Every boy and girl who has suffered the aches of cold-weather chilblains will regard them as one of the greatest evils that afflict the flesh in childhood. Most of us even now can remember the excruciating agony of toothache when we were twelve, and our childish indignation with the grown-ups in charge of us, who seemed incapable of doing anything to alleviate the pain.
Now, in the ideal nursery, neither chilblains nor toothache should ever appear at all. The child who is properly fed cannot contract chilblains, because his circulation is good, his nourishment is up to a certain standard, and his tissues are thus resistant to external cold. The careful mother also, ever vigilant as to the condition of the children's teeth, will regard toothache as a sign that she has somehow proved neglectful and allowed the teeth to get out of order. Let us deal with chilblains first of all.
Chilblains, their Cause andwhat is a chilblain ? According to the child, a chilblain is a painful lump which generally appears either on the fingers or toes. The colder the weather, the more painful the chilblains, and the discomfort is often so severe that it will affect the child's health. The swelling is due to a chronic inflammation, which follows upon slowing or congestion of the circulation of the blood in the part.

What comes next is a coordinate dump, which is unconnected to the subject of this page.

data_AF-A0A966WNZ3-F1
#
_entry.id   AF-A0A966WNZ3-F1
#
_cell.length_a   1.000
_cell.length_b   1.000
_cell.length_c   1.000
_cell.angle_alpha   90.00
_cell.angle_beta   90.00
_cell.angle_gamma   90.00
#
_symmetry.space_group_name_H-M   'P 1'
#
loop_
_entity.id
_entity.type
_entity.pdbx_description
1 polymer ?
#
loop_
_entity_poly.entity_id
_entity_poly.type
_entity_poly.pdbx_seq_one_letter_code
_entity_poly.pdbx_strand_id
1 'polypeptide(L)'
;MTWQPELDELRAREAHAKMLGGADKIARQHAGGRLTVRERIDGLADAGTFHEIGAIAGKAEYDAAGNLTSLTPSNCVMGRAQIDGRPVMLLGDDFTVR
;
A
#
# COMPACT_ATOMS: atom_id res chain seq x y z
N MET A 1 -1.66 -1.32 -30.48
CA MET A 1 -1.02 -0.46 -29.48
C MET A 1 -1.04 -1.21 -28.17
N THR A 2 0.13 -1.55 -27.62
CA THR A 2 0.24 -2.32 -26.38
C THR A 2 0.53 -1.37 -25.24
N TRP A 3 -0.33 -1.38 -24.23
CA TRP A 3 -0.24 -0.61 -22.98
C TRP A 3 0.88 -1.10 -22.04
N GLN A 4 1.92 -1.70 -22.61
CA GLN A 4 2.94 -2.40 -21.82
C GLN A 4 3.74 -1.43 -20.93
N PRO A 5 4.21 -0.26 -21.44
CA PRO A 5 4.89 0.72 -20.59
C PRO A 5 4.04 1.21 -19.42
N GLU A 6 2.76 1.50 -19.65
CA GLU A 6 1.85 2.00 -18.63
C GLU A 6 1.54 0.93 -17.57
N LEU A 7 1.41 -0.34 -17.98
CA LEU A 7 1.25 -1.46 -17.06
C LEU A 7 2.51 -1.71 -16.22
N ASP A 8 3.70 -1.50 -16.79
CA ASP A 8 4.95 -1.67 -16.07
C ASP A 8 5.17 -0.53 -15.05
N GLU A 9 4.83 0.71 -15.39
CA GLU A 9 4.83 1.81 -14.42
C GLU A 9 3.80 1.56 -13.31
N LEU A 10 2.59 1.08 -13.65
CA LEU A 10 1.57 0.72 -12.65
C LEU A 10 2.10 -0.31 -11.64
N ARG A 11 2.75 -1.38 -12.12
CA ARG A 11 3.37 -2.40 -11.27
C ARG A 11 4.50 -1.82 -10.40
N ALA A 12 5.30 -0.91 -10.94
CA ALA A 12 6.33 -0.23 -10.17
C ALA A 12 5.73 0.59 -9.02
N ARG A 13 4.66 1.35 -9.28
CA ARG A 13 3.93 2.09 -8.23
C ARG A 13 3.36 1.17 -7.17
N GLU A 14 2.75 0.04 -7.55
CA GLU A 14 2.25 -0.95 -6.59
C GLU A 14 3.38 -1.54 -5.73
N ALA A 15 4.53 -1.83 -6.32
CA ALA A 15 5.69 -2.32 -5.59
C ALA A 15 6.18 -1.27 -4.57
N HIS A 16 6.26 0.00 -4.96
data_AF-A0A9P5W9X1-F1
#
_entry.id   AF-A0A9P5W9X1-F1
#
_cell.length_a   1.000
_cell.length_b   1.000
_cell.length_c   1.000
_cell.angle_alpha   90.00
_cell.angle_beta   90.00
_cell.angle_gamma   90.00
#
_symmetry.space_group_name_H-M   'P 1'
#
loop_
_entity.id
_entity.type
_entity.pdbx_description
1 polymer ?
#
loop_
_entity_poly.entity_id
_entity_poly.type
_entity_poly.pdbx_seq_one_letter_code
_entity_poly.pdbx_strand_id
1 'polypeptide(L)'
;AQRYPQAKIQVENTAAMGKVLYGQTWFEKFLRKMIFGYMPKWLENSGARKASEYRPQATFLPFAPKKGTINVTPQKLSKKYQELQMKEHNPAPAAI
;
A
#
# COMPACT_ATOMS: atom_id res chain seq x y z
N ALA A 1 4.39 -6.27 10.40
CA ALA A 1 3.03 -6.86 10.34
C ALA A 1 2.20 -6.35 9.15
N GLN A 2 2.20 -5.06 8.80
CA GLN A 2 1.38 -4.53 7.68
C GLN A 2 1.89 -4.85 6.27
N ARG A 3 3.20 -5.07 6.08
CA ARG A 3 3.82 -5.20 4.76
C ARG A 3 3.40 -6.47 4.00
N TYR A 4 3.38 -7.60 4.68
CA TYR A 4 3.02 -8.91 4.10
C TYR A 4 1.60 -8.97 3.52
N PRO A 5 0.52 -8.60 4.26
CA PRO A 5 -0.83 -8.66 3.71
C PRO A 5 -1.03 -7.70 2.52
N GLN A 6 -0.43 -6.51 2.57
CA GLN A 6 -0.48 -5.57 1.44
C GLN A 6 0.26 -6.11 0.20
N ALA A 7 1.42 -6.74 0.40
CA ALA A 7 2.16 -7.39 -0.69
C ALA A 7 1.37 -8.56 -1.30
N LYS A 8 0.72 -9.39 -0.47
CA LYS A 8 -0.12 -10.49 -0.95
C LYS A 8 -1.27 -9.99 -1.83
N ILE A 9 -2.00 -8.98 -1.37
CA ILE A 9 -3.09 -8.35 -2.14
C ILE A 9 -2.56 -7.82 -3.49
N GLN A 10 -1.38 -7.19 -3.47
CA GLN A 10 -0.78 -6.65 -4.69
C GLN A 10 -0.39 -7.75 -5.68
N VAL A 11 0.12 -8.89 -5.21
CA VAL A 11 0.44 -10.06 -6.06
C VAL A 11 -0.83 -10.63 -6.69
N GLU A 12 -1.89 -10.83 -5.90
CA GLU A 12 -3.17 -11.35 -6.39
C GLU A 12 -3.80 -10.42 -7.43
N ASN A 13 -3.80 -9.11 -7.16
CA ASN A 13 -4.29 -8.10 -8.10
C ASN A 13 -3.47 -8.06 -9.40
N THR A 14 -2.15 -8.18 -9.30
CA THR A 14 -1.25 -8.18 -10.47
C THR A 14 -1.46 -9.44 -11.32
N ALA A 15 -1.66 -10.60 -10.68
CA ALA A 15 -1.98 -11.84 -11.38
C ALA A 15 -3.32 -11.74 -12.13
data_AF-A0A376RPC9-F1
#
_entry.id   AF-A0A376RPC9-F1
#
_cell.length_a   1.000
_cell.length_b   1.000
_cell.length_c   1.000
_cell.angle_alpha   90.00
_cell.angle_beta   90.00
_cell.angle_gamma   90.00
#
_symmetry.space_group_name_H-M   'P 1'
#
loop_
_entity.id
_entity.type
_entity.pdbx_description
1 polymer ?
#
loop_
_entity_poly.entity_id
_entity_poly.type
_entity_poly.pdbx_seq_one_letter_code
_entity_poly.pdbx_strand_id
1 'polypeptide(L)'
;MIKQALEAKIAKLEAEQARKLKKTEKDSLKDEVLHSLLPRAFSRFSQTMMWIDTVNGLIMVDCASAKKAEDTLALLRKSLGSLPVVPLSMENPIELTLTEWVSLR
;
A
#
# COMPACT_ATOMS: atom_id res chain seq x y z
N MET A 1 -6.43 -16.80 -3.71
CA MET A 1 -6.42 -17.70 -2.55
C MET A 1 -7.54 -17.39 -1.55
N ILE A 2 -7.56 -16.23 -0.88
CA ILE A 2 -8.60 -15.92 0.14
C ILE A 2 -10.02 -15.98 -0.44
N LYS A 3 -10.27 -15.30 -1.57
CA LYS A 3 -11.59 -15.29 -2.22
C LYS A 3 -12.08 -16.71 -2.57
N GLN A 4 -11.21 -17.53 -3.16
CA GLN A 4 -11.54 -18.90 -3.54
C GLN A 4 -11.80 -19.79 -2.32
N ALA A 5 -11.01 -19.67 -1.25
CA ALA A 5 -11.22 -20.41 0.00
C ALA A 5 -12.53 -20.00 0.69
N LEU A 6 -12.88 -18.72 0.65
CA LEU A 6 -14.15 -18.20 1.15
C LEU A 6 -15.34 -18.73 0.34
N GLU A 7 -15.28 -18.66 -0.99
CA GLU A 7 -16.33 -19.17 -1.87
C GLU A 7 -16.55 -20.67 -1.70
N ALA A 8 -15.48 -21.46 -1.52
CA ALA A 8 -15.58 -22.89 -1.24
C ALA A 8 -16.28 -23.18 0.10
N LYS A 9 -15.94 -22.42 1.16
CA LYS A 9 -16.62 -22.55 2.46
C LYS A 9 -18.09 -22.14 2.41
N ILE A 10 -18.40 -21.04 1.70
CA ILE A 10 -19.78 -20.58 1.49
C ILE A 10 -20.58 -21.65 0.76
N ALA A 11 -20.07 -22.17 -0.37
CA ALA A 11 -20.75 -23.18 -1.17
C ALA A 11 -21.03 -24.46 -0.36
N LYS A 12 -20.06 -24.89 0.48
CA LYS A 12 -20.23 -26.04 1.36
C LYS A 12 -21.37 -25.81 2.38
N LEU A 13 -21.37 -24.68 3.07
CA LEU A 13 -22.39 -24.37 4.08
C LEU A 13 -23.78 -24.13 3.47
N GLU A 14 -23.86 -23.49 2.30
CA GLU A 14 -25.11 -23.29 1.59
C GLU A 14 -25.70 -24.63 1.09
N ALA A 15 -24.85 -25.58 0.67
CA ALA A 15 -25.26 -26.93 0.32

It is a well-known fact that the tendency of cold is to retard the circulation of blood, whilst warmth accelerates it. But the healthier the circulation, the more easily anyone can resist external heat or cold. The hands and feet are more exposed to cold than the more central parts of the body, being farther away from the heart and less protected by surrounding tissue. Thus any sign of defective circulation will appear in these parts, and, in the early stages, extreme coldness of the hands and feet is generally very much marked.
Now, mothers should try to understand how the body resists cold, and then they will know how to prevent chilblains and keep the child in such a condition that the circulation is not affected through the cold weather. Heat is generated in the body as a result of what is called the oxidation of food. Food is a fuel, and this is chemically burned up, producing a certain amount of heat in the process. If you light a bonfire, chemical changes take place. Carbon and oxygen are produced - that is, you have oxidation. In the same way the tissues in the body use the food by a process of slow combustion, producing carbon and oxygen, which we expire from the lungs as carbonic acid gas.